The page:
In 2011, Emory & Henry College will begin to celebrate the 175th anniversary of its founding with a year of events aimed at drawing attention to the institution's history and timeless quality.
The celebration will begin August 2011 at the opening convocation of the 2011-12 academic year. A variety of anniversary events will continue until May 2012, all of them celebrating the historic founding of Southwest Virginia's oldest institution of higher education.
"This will be a year of celebration not only for the Emory & Henry family but for Southwest Virginia, a region that is dear to the hearts of Emory & Henry people and important to the mission and longevity of this incredible institution," said Dr. Rosalind Reichard, the 20th president of the College.
To date, events for the year-long celebration include, among other activities, faculty lectures, alumni lectures, and an enhanced Homecoming Day celebration.
The theme for the anniversary celebration is "Legacy & Vision: Timeless Quality Since 1836." The slogan is derived from President Reichard's inauguration theme in 2007 and a quote attributed to an E&H alumnus, Kermit Hunter, Class of 1931. Speaking at an E&H Commencement in 1958, he said: "Emory and Henry has a timeless quality that keeps reaching on and on down the years, not only blessing and hallowing this mountain country of Southwest Virginia, but also sending out tides of influence that touch the whole hungry soul of man. This is more than a college – it is a way of thinking, a way of living."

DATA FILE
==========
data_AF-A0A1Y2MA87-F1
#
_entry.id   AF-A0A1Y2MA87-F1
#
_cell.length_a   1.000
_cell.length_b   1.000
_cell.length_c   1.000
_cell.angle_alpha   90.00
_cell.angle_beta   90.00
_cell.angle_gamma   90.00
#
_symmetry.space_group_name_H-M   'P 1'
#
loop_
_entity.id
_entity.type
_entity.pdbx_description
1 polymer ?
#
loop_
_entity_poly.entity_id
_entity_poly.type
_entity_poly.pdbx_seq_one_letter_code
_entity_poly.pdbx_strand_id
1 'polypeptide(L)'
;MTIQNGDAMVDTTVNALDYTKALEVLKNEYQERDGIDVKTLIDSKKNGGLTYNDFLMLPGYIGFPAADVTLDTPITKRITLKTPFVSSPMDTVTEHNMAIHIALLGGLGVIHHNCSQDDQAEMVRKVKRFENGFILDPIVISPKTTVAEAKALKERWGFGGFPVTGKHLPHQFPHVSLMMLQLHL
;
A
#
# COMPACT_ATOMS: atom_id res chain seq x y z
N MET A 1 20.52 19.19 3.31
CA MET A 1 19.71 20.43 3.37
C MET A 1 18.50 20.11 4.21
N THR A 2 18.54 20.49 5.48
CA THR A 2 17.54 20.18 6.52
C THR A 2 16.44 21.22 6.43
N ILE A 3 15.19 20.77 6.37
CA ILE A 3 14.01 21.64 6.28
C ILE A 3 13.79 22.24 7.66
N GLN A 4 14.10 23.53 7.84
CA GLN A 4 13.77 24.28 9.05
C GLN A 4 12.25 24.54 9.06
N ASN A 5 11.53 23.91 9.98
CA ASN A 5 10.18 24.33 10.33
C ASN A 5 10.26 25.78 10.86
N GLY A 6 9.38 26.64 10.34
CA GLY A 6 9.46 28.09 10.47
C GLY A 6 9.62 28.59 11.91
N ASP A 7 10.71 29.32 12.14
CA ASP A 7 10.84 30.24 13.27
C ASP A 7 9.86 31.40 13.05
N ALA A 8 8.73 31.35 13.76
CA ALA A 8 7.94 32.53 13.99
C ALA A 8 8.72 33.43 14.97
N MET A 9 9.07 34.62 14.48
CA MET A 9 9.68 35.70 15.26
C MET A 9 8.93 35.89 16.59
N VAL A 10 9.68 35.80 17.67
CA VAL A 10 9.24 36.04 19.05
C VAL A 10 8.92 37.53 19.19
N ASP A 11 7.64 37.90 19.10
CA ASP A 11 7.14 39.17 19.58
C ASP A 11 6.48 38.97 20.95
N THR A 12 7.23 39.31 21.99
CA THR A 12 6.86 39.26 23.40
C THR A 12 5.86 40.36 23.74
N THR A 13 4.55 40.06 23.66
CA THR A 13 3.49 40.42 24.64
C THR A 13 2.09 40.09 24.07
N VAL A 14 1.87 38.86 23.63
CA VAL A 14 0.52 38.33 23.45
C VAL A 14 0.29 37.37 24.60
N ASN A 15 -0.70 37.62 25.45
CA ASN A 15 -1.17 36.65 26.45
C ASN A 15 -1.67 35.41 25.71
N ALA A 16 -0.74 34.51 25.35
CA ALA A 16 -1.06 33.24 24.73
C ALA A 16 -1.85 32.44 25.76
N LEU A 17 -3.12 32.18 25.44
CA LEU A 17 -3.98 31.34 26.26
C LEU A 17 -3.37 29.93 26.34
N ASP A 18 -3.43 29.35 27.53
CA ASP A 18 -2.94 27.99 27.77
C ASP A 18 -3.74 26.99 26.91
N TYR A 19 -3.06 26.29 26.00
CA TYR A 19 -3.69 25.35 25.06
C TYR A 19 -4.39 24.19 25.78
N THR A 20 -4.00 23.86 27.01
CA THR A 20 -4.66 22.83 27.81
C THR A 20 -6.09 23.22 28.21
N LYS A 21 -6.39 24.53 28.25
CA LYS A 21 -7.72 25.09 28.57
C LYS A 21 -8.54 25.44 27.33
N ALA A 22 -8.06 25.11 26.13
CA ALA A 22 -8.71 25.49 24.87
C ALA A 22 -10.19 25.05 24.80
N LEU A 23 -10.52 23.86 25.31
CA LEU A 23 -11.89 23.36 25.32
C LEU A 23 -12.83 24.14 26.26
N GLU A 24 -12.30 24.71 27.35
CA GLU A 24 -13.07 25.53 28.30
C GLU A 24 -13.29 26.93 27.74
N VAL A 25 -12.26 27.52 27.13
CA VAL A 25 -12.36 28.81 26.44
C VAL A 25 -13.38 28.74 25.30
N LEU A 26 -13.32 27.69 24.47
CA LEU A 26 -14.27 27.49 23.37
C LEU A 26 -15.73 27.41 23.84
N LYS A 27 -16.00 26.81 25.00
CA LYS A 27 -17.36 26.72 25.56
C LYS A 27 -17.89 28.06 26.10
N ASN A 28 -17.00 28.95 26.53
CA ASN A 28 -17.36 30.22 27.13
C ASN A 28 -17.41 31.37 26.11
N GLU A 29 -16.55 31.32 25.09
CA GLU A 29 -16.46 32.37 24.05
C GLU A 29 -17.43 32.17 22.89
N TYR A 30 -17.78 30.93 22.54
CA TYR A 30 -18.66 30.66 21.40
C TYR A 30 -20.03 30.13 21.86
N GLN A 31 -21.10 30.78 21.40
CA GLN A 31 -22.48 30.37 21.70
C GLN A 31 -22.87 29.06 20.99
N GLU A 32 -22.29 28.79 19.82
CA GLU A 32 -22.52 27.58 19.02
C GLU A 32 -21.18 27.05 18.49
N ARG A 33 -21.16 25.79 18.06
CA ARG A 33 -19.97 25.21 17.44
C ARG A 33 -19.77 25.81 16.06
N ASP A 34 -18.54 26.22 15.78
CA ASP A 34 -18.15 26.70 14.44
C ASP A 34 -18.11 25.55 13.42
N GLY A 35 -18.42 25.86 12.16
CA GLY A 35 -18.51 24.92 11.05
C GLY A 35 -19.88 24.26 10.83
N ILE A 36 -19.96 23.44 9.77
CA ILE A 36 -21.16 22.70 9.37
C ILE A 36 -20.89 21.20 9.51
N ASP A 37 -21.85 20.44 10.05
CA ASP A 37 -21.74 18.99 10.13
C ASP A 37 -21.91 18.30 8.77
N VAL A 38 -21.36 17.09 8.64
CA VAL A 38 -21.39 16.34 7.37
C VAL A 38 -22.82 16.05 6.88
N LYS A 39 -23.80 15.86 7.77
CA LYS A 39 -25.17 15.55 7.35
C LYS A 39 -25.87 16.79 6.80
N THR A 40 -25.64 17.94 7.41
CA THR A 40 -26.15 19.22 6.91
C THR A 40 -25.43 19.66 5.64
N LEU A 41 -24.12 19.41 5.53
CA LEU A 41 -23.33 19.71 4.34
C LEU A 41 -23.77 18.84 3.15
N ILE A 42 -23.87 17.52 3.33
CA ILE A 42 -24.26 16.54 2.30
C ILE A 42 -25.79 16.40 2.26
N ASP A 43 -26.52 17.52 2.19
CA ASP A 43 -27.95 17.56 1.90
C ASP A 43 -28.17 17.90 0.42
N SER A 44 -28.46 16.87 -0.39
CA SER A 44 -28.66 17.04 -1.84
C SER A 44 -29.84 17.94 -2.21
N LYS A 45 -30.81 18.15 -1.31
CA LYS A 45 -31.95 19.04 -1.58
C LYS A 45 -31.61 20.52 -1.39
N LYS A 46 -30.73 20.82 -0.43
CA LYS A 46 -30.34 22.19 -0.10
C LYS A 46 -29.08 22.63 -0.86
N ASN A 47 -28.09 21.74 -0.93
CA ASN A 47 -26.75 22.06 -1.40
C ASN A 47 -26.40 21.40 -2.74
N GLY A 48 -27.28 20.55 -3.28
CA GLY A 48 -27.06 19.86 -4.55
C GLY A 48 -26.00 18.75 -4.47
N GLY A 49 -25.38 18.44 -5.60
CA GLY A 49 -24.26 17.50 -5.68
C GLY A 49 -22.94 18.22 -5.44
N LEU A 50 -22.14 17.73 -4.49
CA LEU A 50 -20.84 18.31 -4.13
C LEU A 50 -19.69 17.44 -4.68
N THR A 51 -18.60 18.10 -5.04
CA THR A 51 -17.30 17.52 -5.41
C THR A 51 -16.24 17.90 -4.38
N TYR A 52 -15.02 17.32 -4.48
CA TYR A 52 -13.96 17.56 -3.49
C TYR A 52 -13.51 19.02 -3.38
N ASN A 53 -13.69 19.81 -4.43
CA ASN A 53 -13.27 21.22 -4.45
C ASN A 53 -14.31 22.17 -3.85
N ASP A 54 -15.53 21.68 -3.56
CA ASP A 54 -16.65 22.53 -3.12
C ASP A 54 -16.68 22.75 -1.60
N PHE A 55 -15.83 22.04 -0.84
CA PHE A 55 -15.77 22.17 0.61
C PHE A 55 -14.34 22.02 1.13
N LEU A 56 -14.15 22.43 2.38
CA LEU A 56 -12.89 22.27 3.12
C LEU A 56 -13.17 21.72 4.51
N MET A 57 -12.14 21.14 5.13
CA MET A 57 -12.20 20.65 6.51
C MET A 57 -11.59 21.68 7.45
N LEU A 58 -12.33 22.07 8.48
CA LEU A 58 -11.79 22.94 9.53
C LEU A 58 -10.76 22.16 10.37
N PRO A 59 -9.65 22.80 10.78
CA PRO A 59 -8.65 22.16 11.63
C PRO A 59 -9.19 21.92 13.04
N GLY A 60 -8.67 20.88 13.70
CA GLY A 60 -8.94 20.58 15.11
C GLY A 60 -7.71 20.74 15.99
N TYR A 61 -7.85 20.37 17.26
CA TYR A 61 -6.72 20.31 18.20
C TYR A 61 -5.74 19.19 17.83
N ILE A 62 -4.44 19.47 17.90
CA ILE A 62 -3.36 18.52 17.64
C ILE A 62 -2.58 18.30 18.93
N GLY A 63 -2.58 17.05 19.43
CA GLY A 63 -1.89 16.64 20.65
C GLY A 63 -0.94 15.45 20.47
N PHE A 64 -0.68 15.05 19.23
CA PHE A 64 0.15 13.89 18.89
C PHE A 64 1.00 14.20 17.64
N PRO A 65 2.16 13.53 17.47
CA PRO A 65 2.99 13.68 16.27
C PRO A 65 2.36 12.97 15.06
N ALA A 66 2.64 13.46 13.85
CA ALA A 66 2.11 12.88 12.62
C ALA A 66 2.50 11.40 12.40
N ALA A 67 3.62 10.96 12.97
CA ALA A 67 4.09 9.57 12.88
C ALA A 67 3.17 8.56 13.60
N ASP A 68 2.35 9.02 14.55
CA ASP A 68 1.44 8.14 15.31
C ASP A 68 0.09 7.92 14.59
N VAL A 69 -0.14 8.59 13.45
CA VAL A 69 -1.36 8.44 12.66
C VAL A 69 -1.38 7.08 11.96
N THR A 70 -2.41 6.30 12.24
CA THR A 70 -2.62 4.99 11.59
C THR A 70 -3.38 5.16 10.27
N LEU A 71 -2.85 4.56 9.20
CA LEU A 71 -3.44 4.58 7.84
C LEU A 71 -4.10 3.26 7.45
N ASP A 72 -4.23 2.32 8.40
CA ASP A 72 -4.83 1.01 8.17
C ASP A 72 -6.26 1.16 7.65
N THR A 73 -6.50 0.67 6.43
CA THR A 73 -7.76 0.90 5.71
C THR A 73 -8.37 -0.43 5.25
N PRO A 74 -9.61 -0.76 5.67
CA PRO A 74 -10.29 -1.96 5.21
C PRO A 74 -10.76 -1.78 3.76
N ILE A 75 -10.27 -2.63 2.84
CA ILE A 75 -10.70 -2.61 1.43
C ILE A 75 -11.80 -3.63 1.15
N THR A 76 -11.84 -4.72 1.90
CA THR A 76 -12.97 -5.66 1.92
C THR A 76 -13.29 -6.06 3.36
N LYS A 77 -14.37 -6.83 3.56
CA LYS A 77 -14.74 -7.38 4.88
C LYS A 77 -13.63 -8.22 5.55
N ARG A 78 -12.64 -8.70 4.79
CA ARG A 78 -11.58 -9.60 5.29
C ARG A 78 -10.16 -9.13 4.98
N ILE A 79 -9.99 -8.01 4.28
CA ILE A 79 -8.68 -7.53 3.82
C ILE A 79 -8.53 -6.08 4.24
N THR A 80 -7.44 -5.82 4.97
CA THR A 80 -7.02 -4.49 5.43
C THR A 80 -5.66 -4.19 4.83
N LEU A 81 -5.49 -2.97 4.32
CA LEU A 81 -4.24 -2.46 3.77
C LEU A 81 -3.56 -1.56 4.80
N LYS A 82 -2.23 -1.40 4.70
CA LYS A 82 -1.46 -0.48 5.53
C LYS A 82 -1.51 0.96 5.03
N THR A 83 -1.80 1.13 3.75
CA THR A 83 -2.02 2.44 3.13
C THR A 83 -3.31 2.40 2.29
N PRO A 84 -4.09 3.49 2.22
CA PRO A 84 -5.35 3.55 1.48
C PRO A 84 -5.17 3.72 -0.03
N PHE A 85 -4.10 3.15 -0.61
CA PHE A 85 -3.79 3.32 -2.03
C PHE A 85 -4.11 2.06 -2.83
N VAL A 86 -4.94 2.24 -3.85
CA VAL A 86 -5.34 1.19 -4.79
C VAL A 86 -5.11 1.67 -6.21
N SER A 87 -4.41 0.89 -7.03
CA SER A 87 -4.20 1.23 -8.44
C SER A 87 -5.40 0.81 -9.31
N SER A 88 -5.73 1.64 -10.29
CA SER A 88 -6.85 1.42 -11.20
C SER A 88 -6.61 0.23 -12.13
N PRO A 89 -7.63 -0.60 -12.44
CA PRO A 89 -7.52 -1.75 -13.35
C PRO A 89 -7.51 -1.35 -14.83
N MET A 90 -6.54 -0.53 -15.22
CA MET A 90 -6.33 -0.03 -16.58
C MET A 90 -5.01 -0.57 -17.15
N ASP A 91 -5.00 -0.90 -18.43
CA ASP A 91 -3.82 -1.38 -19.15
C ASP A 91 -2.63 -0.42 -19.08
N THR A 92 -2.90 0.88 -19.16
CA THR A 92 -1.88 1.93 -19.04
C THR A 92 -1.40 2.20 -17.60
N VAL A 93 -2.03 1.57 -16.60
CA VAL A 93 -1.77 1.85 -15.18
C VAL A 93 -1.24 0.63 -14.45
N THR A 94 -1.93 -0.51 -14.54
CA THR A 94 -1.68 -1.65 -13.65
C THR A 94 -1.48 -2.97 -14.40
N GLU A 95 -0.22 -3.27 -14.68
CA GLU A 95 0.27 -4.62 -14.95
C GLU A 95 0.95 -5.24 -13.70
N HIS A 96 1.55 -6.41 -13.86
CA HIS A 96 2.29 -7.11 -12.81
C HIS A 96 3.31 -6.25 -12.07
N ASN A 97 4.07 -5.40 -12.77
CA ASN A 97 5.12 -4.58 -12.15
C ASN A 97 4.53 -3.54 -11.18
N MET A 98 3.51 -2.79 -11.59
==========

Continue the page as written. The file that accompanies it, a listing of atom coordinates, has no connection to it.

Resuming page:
Emory & Henry was founded in 1836. On Jan. 1 of that year, Creed Fulton and two other members of a committee established by the Holston Conference of the Methodist Church met at was then known as the Crawford Farm and determine that would be the location for establishing a manual labor school.
On Sept. 30 of that year, a ceremony was held, during which a cornerstone was laid for the first building of the college, which was the predecessor to the current Wiley Hall, Emory & Henry’s chief administration building.
On Oct. 17, 1836, the Holston Annual Conference voted to call the new school "Emory and Henry" College, in honor of the state's first governor, Patrick Henry, and a well-known clergyman, Bishop John Emory. Together, the two men symbolize faith and civic virtue, the primary pillars of the college's ongoing mission.